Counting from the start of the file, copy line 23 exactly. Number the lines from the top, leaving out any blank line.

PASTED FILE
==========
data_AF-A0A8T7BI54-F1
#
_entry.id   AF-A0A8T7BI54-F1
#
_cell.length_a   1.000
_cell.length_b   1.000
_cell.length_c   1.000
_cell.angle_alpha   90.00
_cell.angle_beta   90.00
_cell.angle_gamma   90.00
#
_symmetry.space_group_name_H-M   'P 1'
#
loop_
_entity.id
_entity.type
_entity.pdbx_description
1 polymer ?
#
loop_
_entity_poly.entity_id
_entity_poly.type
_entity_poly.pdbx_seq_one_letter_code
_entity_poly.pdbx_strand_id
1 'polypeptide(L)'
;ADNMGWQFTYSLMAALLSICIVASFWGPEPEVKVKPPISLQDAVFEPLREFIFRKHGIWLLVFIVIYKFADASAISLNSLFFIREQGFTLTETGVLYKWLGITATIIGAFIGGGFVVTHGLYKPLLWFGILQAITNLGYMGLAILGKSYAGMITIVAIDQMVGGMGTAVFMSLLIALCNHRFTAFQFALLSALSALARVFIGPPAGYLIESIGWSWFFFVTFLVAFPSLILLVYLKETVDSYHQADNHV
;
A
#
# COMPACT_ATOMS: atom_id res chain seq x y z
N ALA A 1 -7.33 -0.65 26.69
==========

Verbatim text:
_entity_poly.pdbx_seq_one_letter_code